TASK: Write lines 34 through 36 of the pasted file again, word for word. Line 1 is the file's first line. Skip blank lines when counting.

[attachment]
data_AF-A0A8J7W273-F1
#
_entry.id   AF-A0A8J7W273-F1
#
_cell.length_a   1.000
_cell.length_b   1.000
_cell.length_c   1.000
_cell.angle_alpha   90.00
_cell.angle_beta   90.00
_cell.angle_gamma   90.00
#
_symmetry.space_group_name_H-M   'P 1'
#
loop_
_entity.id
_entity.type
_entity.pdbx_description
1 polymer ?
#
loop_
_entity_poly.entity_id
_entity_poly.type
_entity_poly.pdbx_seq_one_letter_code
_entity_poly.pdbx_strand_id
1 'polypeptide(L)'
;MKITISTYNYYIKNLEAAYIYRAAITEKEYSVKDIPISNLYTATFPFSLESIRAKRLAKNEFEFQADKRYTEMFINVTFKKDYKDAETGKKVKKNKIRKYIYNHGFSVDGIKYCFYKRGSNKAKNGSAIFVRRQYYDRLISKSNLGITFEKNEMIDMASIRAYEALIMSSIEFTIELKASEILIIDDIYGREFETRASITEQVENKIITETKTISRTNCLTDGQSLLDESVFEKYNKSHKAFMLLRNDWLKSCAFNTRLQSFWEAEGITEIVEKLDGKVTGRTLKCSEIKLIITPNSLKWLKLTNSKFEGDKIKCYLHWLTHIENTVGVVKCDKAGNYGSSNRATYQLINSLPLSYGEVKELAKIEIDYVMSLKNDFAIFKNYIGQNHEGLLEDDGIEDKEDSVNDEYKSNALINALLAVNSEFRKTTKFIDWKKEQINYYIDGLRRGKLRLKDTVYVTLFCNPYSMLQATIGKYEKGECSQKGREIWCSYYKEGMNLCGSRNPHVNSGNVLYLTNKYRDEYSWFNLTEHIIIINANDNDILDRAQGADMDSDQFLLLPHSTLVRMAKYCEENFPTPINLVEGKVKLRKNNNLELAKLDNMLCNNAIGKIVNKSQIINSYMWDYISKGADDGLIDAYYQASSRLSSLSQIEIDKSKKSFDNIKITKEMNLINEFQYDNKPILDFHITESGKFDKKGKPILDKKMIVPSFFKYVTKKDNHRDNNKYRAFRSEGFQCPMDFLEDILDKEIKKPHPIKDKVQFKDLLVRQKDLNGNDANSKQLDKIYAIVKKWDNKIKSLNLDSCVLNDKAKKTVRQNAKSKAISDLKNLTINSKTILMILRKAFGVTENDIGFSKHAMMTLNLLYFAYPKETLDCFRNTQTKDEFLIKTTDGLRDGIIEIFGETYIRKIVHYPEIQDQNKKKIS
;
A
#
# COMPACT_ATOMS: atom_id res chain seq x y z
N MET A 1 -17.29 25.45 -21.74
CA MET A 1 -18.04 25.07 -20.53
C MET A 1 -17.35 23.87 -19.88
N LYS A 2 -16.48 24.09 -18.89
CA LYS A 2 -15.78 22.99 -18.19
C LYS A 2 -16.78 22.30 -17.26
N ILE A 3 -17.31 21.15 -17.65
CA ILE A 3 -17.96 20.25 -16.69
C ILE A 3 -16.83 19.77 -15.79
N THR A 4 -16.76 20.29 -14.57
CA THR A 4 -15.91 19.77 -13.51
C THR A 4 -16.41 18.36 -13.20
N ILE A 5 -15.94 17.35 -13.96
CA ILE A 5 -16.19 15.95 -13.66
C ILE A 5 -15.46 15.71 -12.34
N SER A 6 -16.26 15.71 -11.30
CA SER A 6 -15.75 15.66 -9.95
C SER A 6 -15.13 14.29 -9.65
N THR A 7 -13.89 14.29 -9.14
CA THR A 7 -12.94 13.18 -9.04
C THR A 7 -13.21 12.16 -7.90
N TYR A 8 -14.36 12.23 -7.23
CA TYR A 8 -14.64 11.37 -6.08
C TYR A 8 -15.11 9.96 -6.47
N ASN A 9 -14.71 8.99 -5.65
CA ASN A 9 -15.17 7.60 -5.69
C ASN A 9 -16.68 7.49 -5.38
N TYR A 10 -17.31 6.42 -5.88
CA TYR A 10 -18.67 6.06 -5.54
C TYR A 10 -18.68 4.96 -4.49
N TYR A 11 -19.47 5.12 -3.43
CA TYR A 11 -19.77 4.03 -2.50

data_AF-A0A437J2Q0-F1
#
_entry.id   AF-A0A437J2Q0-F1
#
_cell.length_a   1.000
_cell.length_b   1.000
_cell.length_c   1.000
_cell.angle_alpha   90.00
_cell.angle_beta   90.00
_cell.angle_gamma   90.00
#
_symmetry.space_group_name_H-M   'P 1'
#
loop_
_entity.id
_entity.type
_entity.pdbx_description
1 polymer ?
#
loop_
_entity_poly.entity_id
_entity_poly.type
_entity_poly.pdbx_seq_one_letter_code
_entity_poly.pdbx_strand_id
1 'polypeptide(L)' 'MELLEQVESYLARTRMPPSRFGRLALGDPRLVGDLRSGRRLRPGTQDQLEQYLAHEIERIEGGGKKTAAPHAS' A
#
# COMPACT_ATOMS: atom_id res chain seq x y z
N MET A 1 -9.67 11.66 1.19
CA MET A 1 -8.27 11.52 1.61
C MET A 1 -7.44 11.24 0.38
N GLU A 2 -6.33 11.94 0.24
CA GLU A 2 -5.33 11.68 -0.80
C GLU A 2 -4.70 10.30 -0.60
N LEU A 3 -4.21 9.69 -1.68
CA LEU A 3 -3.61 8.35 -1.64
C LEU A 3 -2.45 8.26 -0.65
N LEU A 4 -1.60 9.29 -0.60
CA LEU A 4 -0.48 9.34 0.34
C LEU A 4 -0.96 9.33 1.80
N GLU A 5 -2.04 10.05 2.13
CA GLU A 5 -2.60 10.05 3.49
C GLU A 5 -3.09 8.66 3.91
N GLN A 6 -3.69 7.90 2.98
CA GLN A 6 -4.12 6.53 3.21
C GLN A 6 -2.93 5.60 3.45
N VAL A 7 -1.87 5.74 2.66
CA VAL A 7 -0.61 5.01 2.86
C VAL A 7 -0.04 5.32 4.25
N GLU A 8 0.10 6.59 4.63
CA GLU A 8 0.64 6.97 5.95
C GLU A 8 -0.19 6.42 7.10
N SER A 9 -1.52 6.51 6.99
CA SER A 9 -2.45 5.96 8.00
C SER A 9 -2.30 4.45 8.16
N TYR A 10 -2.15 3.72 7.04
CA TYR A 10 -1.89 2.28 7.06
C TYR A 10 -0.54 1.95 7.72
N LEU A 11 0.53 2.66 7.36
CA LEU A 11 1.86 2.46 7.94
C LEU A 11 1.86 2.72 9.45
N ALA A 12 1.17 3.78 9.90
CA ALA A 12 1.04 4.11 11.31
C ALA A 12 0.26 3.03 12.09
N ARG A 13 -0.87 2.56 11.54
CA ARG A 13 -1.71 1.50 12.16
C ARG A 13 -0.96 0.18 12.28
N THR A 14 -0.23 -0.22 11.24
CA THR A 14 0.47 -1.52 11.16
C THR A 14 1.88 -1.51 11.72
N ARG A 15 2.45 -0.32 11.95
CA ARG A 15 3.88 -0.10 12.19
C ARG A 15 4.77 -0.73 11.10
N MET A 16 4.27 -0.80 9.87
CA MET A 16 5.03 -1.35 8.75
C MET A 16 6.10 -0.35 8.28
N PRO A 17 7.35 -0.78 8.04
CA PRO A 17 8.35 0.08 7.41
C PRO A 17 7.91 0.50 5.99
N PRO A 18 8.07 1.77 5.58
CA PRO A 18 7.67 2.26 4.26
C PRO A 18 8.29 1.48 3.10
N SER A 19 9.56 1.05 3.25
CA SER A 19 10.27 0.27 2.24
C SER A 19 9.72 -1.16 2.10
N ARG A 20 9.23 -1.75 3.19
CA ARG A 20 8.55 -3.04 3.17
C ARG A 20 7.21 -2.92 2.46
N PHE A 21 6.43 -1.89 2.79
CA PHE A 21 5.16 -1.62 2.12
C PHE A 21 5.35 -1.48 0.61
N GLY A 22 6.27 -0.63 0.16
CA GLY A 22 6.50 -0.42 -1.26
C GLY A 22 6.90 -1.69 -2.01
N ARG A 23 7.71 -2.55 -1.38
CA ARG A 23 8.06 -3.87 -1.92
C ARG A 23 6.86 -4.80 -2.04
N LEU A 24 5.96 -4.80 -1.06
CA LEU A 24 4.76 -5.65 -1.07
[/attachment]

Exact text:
N LYS A 2 -16.48 24.09 -18.89
CA LYS A 2 -15.78 22.99 -18.19
C LYS A 2 -16.78 22.30 -17.26